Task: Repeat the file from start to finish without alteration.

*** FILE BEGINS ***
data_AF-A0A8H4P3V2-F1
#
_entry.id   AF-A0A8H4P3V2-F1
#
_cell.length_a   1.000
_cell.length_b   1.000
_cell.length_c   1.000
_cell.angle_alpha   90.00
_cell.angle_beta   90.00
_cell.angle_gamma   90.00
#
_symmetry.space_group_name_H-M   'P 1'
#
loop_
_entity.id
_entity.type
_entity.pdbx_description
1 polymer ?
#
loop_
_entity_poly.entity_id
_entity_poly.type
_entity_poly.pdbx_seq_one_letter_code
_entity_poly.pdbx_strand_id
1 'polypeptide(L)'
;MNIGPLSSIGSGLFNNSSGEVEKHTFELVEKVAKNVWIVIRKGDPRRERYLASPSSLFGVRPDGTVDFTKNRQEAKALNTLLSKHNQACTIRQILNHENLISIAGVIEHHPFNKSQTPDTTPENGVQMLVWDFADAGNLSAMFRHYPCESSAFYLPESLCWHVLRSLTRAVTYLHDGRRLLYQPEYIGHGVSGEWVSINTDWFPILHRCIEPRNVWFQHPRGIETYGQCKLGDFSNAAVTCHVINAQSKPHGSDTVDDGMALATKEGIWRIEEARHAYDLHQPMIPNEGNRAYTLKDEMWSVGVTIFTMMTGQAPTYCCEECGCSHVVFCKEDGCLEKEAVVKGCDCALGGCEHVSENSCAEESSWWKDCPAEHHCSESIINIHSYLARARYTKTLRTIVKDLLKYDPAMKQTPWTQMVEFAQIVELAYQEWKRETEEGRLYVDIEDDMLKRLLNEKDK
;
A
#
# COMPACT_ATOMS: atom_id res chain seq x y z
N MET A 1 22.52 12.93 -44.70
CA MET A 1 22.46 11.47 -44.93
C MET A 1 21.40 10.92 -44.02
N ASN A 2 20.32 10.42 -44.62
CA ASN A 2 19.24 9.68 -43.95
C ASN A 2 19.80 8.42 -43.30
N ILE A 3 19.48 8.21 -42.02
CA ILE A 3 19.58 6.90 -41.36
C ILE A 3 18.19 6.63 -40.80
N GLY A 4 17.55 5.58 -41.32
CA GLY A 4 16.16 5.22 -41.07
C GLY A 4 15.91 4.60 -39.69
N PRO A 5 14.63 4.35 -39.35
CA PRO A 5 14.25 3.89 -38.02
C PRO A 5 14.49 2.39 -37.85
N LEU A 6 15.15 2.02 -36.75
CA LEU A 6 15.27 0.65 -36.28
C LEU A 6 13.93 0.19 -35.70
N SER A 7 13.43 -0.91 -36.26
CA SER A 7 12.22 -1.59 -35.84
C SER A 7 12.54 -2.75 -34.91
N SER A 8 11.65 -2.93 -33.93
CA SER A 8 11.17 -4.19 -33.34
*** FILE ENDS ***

data_AF-A0A8H4P3V2-F1
#
_entry.id   AF-A0A8H4P3V2-F1
#
_cell.length_a   1.000
_cell.length_b   1.000
_cell.length_c   1.000
_cell.angle_alpha   90.00
_cell.angle_beta   90.00
_cell.angle_gamma   90.00
#
_symmetry.space_group_name_H-M   'P 1'
#
loop_
_entity.id
_entity.type
_entity.pdbx_description
1 polymer ?
#
loop_
_entity_poly.entity_id
_entity_poly.type
_entity_poly.pdbx_seq_one_letter_code
_entity_poly.pdbx_strand_id
1 'polypeptide(L)'
;MNIGPLSSIGSGLFNNSSGEVEKHTFELVEKVAKNVWIVIRKGDPRRERYLASPSSLFGVRPDGTVDFTKNRQEAKALNTLLSKHNQACTIRQILNHENLISIAGVIEHHPFNKSQTPDTTPENGVQMLVWDFADAGNLSAMFRHYPCESSAFYLPESLCWHVLRSLTRAVTYLHDGRRLLYQPEYIGHGVSGEWVSINTDWFPILHRCIEPRNVWFQHPRGIETYGQCKLGDFSNAAVTCHVINAQSKPHGSDTVDDGMALATKEGIWRIEEARHAYDLHQPMIPNEGNRAYTLKDEMWSVGVTIFTMMTGQAPTYCCEECGCSHVVFCKEDGCLEKEAVVKGCDCALGGCEHVSENSCAEESSWWKDCPAEHHCSESIINIHSYLARARYTKTLRTIVKDLLKYDPAMKQTPWTQMVEFAQIVELAYQEWKRETEEGRLYVDIEDDMLKRLLNEKDK
;
A
#
# COMPACT_ATOMS: atom_id res chain seq x y z
N MET A 1 22.52 12.93 -44.70
CA MET A 1 22.46 11.47 -44.93
C MET A 1 21.40 10.92 -44.02
N ASN A 2 20.32 10.42 -44.62
CA ASN A 2 19.24 9.68 -43.95
C ASN A 2 19.80 8.42 -43.30
N ILE A 3 19.48 8.21 -42.02
CA ILE A 3 19.58 6.90 -41.36
C ILE A 3 18.19 6.63 -40.80
N GLY A 4 17.55 5.58 -41.32
CA GLY A 4 16.16 5.22 -41.07
C GLY A 4 15.91 4.60 -39.69
N PRO A 5 14.63 4.35 -39.35
CA PRO A 5 14.25 3.89 -38.02
C PRO A 5 14.49 2.39 -37.85
N LEU A 6 15.15 2.02 -36.75
CA LEU A 6 15.27 0.65 -36.28
C LEU A 6 13.93 0.19 -35.70
N SER A 7 13.43 -0.91 -36.26
CA SER A 7 12.22 -1.59 -35.84
C SER A 7 12.54 -2.75 -34.91
N SER A 8 11.65 -2.93 -33.93
CA SER A 8 11.17 -4.19 -33.34